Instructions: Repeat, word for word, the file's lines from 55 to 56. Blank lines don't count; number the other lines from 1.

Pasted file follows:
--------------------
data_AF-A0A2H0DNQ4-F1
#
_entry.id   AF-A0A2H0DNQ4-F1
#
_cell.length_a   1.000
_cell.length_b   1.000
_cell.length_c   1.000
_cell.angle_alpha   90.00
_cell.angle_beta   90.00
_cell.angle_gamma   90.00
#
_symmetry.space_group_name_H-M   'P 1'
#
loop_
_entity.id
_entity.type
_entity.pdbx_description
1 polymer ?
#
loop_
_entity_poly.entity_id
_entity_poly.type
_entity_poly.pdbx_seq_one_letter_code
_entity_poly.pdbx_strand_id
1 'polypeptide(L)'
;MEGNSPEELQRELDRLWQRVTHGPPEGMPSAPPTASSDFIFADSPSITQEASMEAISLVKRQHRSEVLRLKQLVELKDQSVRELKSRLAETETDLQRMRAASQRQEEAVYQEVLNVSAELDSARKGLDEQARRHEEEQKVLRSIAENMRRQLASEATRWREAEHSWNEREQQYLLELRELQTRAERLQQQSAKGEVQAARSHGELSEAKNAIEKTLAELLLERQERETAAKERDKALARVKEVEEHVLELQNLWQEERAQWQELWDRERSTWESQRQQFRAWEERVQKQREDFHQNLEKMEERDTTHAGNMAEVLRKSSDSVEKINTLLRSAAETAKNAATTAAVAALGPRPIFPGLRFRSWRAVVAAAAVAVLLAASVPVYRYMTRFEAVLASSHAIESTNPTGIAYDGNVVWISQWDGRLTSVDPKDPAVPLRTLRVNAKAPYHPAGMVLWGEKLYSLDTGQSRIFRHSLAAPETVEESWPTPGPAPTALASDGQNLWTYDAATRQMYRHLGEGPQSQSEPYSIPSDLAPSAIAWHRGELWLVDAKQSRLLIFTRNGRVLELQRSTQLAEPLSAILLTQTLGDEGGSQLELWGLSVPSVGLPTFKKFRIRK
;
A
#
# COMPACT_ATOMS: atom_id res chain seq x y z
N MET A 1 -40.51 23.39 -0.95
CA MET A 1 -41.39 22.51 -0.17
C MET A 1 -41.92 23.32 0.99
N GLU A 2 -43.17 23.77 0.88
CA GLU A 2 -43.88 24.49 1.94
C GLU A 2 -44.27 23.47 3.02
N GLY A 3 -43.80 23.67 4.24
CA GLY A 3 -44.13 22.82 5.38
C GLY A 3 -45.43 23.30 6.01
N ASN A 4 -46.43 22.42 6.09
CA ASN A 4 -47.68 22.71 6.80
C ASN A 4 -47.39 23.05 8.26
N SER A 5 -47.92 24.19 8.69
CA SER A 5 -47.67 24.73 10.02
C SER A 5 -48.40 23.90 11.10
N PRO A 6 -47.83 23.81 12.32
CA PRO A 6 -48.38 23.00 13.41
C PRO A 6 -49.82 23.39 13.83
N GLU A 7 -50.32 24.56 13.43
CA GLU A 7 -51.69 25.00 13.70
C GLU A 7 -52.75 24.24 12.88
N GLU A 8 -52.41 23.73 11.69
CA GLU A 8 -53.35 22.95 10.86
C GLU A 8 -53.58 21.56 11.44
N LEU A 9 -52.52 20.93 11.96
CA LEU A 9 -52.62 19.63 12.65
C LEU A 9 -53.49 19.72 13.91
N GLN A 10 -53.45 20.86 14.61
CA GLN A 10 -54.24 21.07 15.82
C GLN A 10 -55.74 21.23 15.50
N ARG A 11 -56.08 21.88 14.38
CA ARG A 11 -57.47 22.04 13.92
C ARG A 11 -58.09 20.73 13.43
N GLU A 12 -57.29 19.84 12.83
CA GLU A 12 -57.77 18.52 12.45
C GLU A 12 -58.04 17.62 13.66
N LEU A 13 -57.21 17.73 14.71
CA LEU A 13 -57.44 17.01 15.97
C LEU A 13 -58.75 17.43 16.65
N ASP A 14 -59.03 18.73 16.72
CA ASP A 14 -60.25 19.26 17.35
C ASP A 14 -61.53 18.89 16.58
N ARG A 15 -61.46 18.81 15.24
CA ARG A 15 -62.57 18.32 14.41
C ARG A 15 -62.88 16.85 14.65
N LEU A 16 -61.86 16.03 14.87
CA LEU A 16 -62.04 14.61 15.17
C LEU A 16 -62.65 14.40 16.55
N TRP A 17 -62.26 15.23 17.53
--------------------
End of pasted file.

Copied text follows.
N LEU A 9 -52.52 20.93 11.96
CA LEU A 9 -52.62 19.63 12.65